A Common Data Environment is the software tool where all project information is stored and it is the gateway to effective information management.
In construction and the built environment, successful project delivery hinges on effective collaboration, information sharing and streamlined communication between the various stakeholders. A Common Data Environment (CDE) is a crucial solution to achieve these objectives.
A Common Data Environment (CDE) is a centralised digital platform that facilitates the collaborative management and sharing of project-related information and data throughout the lifecycle of a built asset from design, construction, and operation.
The introduction of BIM and digital technologies brought about significant improvements in project collaboration, but the information teams were working with was unreliable and prone to error. File sharing information via email led to significant rework being required. Files would be lost, the wrong versions shared and many in the supply chain struggled to find the information they needed easily.
A CDE serves as a single source of truth for all stakeholders involved in a project including architects, engineers, contractors, project managers, and the client.
Whether it is data rich 3D models, structured datasets such as COBie, or documents, the core purpose of a CDE is to ensure information is controlled and managed effectively. Having a centralised platform reduces the risk of errors, miscommunications and discrepancies and can enhance efficiency, collaboration and project coordination.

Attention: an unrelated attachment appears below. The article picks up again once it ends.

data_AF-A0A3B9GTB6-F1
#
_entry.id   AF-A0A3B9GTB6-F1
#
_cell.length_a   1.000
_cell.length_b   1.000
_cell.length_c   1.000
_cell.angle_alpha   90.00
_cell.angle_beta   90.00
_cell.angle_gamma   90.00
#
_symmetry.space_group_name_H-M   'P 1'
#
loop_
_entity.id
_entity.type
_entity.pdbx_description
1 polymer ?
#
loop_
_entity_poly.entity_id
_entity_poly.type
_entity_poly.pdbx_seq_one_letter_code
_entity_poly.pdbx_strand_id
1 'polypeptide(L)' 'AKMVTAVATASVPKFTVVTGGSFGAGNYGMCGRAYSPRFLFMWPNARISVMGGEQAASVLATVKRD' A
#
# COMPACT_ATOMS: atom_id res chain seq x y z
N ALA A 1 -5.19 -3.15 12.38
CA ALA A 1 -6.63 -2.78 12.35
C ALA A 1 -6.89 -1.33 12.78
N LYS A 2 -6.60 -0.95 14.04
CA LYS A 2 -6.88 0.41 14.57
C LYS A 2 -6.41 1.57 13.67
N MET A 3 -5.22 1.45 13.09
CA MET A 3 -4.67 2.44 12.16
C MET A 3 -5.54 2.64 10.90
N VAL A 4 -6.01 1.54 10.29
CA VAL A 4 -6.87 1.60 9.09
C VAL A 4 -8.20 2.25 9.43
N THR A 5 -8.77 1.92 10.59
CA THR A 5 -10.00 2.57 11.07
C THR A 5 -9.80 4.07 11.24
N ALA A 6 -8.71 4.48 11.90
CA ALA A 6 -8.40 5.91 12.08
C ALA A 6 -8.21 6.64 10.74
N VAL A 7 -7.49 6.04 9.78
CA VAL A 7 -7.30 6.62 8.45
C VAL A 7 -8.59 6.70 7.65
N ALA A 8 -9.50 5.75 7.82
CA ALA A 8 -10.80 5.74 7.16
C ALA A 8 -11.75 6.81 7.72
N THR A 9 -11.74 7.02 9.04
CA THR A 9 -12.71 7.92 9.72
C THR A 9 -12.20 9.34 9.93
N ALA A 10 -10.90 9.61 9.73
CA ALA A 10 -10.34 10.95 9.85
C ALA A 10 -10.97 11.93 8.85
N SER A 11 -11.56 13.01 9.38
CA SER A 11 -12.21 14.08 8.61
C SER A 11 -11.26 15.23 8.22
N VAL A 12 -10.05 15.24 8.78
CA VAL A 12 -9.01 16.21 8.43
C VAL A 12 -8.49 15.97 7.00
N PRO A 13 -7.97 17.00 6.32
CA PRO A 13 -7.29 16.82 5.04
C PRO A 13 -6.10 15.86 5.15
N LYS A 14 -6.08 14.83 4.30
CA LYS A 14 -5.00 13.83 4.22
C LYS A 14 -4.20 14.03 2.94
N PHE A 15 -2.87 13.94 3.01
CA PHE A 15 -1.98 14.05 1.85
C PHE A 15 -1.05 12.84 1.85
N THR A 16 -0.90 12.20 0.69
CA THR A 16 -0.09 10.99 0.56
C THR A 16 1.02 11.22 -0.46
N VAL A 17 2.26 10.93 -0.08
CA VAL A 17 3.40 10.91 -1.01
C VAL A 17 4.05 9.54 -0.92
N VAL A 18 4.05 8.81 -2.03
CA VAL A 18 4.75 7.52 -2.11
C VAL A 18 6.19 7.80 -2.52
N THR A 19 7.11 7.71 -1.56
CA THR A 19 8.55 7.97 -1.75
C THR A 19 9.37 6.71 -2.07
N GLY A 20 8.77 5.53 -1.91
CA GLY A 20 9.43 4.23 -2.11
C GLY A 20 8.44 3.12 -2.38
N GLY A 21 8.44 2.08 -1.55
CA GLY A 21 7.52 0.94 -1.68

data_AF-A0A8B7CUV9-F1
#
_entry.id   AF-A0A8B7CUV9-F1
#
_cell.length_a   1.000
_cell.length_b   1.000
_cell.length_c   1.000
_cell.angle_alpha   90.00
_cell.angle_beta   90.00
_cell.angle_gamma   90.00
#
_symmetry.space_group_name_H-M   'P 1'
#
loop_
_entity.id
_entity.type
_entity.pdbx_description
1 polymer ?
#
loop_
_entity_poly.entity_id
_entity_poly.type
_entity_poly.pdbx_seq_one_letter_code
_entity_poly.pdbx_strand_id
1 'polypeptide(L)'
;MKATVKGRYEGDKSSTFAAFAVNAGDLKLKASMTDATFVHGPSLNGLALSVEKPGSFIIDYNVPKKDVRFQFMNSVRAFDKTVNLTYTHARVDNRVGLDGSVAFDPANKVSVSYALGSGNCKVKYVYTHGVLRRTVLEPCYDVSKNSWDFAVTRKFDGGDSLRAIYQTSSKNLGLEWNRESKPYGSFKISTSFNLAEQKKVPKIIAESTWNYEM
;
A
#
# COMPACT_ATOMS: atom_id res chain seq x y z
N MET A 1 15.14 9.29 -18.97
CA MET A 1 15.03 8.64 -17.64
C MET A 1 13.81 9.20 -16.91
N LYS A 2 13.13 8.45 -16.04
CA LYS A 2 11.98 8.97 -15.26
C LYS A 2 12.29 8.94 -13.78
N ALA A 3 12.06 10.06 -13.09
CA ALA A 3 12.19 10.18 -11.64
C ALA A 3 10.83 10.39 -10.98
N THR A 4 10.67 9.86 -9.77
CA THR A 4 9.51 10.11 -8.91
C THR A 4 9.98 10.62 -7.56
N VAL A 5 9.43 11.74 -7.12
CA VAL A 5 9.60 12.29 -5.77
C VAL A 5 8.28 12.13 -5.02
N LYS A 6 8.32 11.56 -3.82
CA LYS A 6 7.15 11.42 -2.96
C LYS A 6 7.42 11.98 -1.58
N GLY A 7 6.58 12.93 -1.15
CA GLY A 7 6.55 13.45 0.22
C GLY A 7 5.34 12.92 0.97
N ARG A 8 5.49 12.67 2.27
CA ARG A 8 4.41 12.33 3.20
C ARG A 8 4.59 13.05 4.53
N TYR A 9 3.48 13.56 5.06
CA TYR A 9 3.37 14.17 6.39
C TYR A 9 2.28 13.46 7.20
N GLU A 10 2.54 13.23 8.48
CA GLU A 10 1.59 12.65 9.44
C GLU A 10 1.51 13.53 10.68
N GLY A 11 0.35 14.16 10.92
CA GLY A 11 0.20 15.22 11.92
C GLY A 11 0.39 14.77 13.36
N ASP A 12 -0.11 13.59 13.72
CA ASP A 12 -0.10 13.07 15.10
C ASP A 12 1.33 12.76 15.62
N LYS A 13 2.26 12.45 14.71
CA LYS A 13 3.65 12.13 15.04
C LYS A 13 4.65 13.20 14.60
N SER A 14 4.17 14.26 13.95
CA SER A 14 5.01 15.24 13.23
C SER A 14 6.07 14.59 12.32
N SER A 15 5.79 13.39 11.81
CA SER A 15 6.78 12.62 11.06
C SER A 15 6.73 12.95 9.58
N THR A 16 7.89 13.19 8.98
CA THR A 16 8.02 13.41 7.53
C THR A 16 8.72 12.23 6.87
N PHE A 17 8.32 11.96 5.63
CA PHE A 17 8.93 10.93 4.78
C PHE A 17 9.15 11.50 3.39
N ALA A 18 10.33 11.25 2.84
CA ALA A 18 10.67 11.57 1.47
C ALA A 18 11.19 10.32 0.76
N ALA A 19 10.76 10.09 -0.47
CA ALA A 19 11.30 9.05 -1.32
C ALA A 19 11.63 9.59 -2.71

A CDE promotes transparency and accountability by maintaining a detailed record of all actions and changes made within the platform, this minimises risk and enhances project oversight ensuring that all work is done on time and to a high standard.
Despite the rapid adoption of digital design tools, there are still many documents to manage and there are key differences, and similarities, between how structured and unstructured information flows through the CDE so care should be taken when selecting and implementing a CDE.
A key distinction to be aware of is the growing understanding that the CDE for project delivery is unlikely to be the same as the CDE as needed post-handover. With the growing number of smart buildings which are highly connected, the concept of building operators needing a CDE to manage their asset data which first emerged in PAS1192-3:2014 is really gaining traction, this type of CDE is often referred to as an Asset Information Model CDE (AIM CDE).
Setting up an AIM CDE happens well in advance of handover to allow for a seamless, risk free process. Data testing, systems integrations and validation and verification processes have to be successfully performed before any data sharing can begin. It is best practice to run an AIM CDE in parallel with the Project CDE from the earliest stages of a project, which allows the team to work towards a first-class digital handover which has started with the end in mind.
To understand more about how CDEs can be configured to support the use of ISO 19650 processes, check out the UK BIM Framework Guidance document.
In summary, a Common Data Environment plays a pivotal role in transforming the built environment by enabling effective collaboration, streamlined information management and improved project delivery. By centralising project data and providing real-time access to accurate information, a CDE enhances efficiency, reduces errors, and fosters a more productive and sustainable built environment. Embracing this technology-driven approach empowers key stakeholders to overcome traditional challenges and welcomes a new era of construction excellence.
To find out more about how gliderbim® software has been used as a Common Data Environment, view our Client Success Stories.